And Mr. O'Callaghan said that GM contamination of crops could have negative impact on the Irish food export market as many European food chains do not want to use GM ingredients in their food.
"It's a recipe for widespread contamination and it could destroy the food industry in Ireland," he said.
"It should be remembered that Fianna Fáil mad a pre 1997 election pledge not to release GM crops in Ireland, but they have changed their mind since."
Eddie Punch, General Secretary of the Irish Cattle and Sheepfarmers Association said: "We should capitalise on the food island idea that Bord Bia are trying to promote. The best barrier against GM contamination is the Irish coastline.
"The EU talks about having a small buffer zone so GM seeds won't spread.
"But that doesn't have any credibility as wind will carry the seeds to neighbouring farms.
"If you look at the situation along the border there are many farms that cross into both the north and the south so contamination is possible."
2.GM CROPS: GREENS URGE FINNIE TO PROTECT SCOTTISH FARMING AND CONSUMERS
GREEN MSP MEDIA RELEASE
For immediate release - 21st July, 2006
Following the launch of the consultation on GM crops in England & Wales on Thursday, Green MSPs have reiterated their call for a robust and effective strategy in Scotland, and for the consultation on that strategy to be launched as soon as possible.
Mark Ruskell MSP, Green speaker on environment, has proposed a bill at Holyrood to make GM companies strictly liable for any economic damage as a result of contamination caused by GM crop trials and commercialisation.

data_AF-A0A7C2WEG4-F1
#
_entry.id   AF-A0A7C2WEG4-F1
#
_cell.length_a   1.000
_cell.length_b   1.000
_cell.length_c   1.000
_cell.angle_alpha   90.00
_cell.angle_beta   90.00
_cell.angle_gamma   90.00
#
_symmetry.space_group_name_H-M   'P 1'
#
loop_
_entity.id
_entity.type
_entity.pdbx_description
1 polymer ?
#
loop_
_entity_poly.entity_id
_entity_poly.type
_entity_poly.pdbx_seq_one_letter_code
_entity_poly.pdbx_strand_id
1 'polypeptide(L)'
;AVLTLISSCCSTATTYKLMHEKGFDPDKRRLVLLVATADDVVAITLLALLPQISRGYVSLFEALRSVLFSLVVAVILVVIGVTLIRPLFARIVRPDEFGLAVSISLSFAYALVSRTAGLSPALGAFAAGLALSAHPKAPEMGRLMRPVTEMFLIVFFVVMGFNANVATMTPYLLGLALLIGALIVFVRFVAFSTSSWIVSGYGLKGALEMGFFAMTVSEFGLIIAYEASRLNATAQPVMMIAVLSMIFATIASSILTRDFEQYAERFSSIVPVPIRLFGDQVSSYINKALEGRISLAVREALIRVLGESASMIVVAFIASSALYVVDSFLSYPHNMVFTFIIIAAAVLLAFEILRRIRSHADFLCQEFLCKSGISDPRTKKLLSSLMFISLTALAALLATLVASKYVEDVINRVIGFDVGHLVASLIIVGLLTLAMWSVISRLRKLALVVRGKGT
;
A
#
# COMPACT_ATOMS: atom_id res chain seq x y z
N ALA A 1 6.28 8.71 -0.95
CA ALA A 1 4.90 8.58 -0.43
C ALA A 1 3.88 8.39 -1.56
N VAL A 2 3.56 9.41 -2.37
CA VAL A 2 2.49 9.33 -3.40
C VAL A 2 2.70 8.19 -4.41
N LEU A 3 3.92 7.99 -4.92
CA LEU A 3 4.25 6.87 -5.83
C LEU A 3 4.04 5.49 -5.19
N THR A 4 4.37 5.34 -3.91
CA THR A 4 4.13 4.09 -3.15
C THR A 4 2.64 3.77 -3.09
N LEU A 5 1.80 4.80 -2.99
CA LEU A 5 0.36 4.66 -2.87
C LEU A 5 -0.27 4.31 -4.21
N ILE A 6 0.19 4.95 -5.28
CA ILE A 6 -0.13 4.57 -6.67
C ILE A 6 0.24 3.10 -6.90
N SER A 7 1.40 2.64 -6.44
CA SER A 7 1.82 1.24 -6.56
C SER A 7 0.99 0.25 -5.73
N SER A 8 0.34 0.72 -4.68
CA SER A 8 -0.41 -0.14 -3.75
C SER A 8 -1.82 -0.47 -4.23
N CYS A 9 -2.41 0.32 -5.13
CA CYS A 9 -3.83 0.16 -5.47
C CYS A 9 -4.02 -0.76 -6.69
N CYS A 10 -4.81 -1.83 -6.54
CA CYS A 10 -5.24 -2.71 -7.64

The Westminster consultation has been widely criticised by GM campaign groups, consumer interests and the organic farming sector, as a "sham" exercise designed to pave the way for the commercial growing of GM crops in England & Wales, with proposed measures on co-existence which are weak, and will ultimately lead to the widespread proliferation of uncontrolled GM contamination throughout non-GM and organic crop production.
In response to publication of the Westminster document Mark Ruskell, Green MSP for Mid Scotland & Fife has tabled a motion in Holyrood urging Lib Dem Environment Minister, Ross Finnie to take a more precautionary approach that genuinely protects the interests of Scottish farmers and consumers, and to publish a GM co-existence and liability consultation for Scotland, which includes a rigorous strict liability regime guaranteeing that any economic damages suffered by non-GM farmers are fully compensated by the GM industry.(1)